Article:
Axolotls

Care Sheet

 
 

Axolotls are a type of salamander that are native to Mexico. It's scientific name is ambystoma mexicanum. The common pet axolotl refers exclusively to A. mexicanum, although in Mexico the term Axolotl is used in reference to several species of Ambystoma, and is considered an edible food source! We however only keep them as pets.

The Axolotl is neotenic, meaning that it doesn't routinely undergo metamorphosis from the larval to adult form, as happens with most other salamanders. Instead, the larval form which we keep as pets, can become sexually mature and can reproduce, without ever having to change into the adult stage of it's development. In other words, axolotls can grow, mature and reproduce without ever changing into their adult state, this would be like a caterpillar that never turns into a butterfly.

 

 

 
 

Under some circumstances however, the axolotl can undergo metamorphosis into a terrestrial from, although this can be stressful on the animal, and you would need a new set of knowledge and equipment regarding the care of a salamander. Axolotls can be forced to change into their adult state if induced to change, but it is not recommended.

The Axolotl has amazing regenerative abilities - if injured, even to the point of losing a body part, the Axolotl will heal readily and even regenerate lost bits like legs. They loose this ability if they metamorphosis into a salamander, keeping scientists baffled about their amazing regenerative abilities. They are fairly hardy creatures that can be expected to live up to 10-15 years with attention to proper husbandry and avoidance of environmental stress. Their skin and gills are very sensitive and quite soft, so handling is not recommended any more than is necessary. Because they can exchange air through moist skin, they do well outside of water for short periods, as long as their skin is not allowed to dry out. The colour of their gills is usually bright red as they are filled with blood. The colour can be a good indication of the animals health.

Most pets will be kept in filtered aquariums, although they will do fine in unfiltered water as long as it is changed daily or every other day. Tap water should have any chlorine, chloramines, and ammonia (added during the water treatment process) removed using commercially available solutions. Removing heavy metals is desirable as well. The water they are kept in should be hard, as soft or distilled water will disrupt the integrity of their delicate skin. The pH of the water should be 6.5-7.5.

Axolotls make a unique and fascinating pet. They are not hugely active and do not move around much except when feeding. Hence they should be avoided if you are looking for an active or interactive pet. When feeding they grab and snap at food quickly, normally swallowing it whole. This is interesting to watch.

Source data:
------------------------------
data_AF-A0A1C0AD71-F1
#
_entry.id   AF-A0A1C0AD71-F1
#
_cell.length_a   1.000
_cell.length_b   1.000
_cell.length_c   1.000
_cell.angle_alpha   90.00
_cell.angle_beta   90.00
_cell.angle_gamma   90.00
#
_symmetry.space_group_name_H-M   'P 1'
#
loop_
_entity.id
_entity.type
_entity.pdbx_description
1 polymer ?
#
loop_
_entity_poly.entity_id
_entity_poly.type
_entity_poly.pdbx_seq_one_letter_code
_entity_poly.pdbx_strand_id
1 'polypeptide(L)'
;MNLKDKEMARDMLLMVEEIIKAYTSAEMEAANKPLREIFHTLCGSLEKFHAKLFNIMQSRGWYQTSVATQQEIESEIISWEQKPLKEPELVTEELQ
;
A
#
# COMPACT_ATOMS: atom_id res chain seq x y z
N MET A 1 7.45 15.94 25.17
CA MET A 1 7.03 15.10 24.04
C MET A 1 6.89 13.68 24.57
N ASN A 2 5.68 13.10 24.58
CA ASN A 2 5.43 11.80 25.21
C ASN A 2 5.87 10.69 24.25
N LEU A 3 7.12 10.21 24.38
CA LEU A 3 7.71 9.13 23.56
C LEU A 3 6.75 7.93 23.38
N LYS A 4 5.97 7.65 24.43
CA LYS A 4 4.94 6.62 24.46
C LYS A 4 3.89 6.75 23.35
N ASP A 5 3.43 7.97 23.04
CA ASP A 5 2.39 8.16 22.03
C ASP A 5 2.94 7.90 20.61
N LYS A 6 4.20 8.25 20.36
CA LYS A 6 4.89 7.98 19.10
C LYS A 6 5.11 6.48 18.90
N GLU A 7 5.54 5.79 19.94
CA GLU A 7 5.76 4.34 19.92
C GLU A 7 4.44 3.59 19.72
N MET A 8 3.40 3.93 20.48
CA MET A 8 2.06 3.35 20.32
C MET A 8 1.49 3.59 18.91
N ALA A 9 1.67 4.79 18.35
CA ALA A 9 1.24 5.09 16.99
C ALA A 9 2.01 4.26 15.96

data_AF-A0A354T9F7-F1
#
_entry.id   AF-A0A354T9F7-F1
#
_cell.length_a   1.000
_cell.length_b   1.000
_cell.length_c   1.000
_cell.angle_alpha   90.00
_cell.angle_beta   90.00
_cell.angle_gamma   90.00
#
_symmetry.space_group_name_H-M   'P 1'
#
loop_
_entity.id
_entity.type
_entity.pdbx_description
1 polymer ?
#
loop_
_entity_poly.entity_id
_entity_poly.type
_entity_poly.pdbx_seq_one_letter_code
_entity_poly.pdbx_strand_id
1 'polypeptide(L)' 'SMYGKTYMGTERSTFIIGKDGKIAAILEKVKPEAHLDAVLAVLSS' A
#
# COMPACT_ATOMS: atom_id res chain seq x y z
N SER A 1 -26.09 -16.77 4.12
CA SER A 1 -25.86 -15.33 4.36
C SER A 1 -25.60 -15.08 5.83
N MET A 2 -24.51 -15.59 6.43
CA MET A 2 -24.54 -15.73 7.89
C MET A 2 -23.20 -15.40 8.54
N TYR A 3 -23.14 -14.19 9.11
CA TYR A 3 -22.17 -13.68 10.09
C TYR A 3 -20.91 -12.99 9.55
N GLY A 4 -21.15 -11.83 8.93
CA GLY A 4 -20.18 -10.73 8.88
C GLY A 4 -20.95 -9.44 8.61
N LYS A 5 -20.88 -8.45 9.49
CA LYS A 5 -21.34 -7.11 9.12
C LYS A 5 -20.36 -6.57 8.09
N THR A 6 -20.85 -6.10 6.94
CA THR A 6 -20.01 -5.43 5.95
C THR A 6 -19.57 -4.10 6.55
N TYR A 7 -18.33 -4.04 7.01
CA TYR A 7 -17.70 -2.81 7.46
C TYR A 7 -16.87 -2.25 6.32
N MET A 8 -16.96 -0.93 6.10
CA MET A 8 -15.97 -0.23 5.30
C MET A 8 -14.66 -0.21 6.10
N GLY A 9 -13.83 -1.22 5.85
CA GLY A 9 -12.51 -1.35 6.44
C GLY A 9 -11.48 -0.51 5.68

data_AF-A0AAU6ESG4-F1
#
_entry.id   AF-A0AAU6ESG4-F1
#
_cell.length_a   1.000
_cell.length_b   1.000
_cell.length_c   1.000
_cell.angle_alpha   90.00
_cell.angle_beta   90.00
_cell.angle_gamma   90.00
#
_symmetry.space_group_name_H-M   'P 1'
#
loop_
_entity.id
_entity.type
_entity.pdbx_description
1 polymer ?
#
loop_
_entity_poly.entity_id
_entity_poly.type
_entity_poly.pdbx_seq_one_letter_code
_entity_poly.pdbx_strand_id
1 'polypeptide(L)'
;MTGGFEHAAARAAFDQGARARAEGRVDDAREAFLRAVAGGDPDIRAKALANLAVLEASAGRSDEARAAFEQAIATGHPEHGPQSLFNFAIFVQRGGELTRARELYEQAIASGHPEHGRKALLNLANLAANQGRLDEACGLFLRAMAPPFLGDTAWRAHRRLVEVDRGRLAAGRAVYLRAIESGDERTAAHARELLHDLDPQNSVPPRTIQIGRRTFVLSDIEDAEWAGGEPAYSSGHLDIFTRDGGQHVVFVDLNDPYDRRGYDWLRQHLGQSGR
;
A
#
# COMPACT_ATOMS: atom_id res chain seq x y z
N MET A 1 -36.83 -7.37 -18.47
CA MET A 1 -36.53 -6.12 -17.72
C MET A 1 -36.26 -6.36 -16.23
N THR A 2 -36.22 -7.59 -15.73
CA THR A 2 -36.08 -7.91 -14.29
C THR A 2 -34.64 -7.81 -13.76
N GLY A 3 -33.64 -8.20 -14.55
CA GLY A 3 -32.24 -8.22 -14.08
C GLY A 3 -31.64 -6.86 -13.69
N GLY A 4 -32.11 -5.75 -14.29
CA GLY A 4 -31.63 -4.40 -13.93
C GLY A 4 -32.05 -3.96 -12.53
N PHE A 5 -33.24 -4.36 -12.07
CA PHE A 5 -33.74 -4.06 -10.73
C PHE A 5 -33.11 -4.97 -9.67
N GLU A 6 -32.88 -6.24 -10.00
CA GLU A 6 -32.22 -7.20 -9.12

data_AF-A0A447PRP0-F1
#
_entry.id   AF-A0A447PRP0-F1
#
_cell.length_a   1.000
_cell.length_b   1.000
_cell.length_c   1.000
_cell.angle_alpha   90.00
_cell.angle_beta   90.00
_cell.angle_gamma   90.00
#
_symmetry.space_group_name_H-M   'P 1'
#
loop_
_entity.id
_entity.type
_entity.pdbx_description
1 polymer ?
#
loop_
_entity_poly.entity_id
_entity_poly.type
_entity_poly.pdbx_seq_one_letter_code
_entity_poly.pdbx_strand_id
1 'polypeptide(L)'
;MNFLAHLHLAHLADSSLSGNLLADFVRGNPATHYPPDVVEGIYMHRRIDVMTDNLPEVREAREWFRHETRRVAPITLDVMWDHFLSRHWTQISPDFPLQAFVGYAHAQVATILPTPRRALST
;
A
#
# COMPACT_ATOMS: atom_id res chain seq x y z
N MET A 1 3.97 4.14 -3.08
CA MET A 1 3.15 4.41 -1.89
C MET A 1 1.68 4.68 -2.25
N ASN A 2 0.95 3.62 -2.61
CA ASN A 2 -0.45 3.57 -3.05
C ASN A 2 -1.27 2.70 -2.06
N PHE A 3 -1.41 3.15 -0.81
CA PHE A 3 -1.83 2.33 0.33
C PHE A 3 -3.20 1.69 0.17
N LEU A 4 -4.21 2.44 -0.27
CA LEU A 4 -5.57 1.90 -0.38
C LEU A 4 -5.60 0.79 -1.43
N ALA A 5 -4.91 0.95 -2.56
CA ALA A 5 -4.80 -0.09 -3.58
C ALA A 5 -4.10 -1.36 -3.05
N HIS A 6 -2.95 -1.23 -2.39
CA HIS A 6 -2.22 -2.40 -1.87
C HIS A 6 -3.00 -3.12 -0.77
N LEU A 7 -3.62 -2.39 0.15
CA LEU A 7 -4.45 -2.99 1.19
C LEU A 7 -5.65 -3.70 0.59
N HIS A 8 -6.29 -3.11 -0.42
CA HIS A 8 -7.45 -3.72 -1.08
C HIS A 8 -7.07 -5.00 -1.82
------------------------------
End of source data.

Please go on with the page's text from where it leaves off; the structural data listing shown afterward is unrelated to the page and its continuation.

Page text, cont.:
Unfortunately, axolotls don't mingle well with other fish species and generally need to be kept on their own. Most fish larger than the axolotl will suck or bite at their gills causing severe problems, while other fish that are smaller may be hunted down for lunch.

 

 

 
 

Basic Requirements

If you are about to get an axolotl, you need to make sure you have the basic requirements, before you even bring them home! Here is a list of the basic requirements for any axolotl.

  • Aquarium
  • Filtration (under gravel, corner or power filter)
  • Aeration (air pump & air stone)
  • Lighting (or natural light)
  • Substrait (gravel, pebbles etc.)
  • Food
  • Treated/Stabilized Water

 

 
 

Optional Requirements

  • Filters
  • Aeration
  • UV Lighting
  • Ornaments
  • Plants (live or plastic)
  • Test Kits (pH, ammonia etc)
  • Aquarium Backing

 

 
 

Breakdown

Suitable For People Aged:
Experience Required:
Feeding Care Time Required:
Maintenance Time Required:
Minimum Space Required:
Cost of Upkeep: (approx)
Life Span: (approx)
Availability:


 

7 & Over
None / Care Sheet & Info
10 Min a Day
1/2 Hour a Week
Suitable Aquarium
$4 Per Week
Up to 15
All Year

 

 
 

Axolotl Care Sheet

To read our care sheet, simply click the link above to open it in your browser. However, if you want to download it to your computer for future reference, simply 'right click' on the document and select "Save Target As...". Then simply choose a location (like your desktop) to save. You will need Acrobat to read and print these documents.